Entertainment has been evolving ever since the first multi cellular creature crawled out of the primordial soup and arguably its roots can be traced back to the very first hectic sibling tom foolery that gave our most ancient ancestors a safe arena to practice their survival skills. Since then however it’s evolved into a $2.4 Trillion dollar industry that’s only going to grow – spurred on by new content and an increase in population with even more disposable income.
Emerging Technology snapshot
Over the Millennia our “Experience Value” – the depth of emotion that we each get from the entertainment we consume has changed and it’s with no small amount of irony that tomorrows entertainment will be reminiscent of the entertainment our ancestors consumed over two millennia ago albeit with a twist and as we’ll see later in this article there are four Emerging Technology categories that will bring about and drive the next two media and entertainment revolutions – Machine Systems, Robotics, Sensors and User Experience.
One of the most profound examples of how things will turn full circle is the Olympic Games – the “Greatest spectacle on Earth”.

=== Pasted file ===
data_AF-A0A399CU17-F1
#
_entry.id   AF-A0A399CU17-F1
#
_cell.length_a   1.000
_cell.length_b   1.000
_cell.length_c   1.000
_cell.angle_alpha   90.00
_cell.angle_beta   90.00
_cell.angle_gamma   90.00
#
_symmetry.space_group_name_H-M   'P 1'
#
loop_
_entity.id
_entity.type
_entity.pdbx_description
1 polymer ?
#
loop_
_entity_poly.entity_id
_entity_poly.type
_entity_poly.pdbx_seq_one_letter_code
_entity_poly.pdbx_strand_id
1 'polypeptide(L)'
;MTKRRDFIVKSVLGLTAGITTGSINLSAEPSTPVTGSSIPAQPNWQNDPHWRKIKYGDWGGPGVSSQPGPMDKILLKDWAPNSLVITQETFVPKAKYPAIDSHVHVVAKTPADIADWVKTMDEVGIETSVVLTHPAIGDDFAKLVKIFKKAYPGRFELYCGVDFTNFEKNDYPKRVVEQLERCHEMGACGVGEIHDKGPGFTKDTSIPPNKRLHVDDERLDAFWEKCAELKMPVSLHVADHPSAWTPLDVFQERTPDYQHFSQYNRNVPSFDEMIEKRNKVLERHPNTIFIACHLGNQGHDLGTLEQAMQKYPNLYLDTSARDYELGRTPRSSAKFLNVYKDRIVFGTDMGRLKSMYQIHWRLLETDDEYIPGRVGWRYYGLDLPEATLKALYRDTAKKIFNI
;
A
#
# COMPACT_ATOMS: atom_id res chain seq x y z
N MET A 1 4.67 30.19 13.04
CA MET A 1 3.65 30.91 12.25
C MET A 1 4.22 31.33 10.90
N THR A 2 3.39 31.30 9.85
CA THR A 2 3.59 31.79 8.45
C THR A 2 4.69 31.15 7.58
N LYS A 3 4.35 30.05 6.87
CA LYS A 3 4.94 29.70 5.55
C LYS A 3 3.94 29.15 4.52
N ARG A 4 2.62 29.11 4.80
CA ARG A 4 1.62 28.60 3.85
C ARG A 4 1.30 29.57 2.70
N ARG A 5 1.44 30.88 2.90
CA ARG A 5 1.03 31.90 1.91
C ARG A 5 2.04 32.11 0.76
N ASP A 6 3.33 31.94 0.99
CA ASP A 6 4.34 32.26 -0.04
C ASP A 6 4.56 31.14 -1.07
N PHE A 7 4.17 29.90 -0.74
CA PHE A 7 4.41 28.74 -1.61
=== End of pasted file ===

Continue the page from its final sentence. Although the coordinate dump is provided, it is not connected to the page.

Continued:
First held in ancient Greece in 776BC over two thousand years ago the stadia were small but the audiences were just a stone throw from the first Olympians. Individuals could feel the vibrations from the roar of the crowds, smell the sweat and the saw dust from the arenas and feel the burning sun on their faces. Fast forward to 2016 and the Rio Olympics will be watched by over four billion people – something not possible in 776BC. We’ll have statistics and analysis galore and we’ll be able to seamlessly flip between one event and another, rewind, pause and fast forward but despite all of the technology involved your experience of the Olympics will be delivered to you through a glass screen and a set of speakers. Does that rival the raw, edge of the seat experiences your ancestors experienced? Crank up the speakers and you’ll certainly feel the vibrations but that’s where the similarities will end. However, as time progresses we’ll loose that glass screen.
Value the Value Chain
The global entertainment industry takes many forms but whether its aim is to delight, distract, inform or terrify there’s always a back story, a location and a cast and its value chain will always be heavily reliant on Curation, Distribution and Consumption. As technology advances though the barriers to entry and access will inevitably fall and large swathes of the entertainment industry’s value chain will get automated, replaced and transformed disrupting and disintermediating the incumbents with increasing regularity.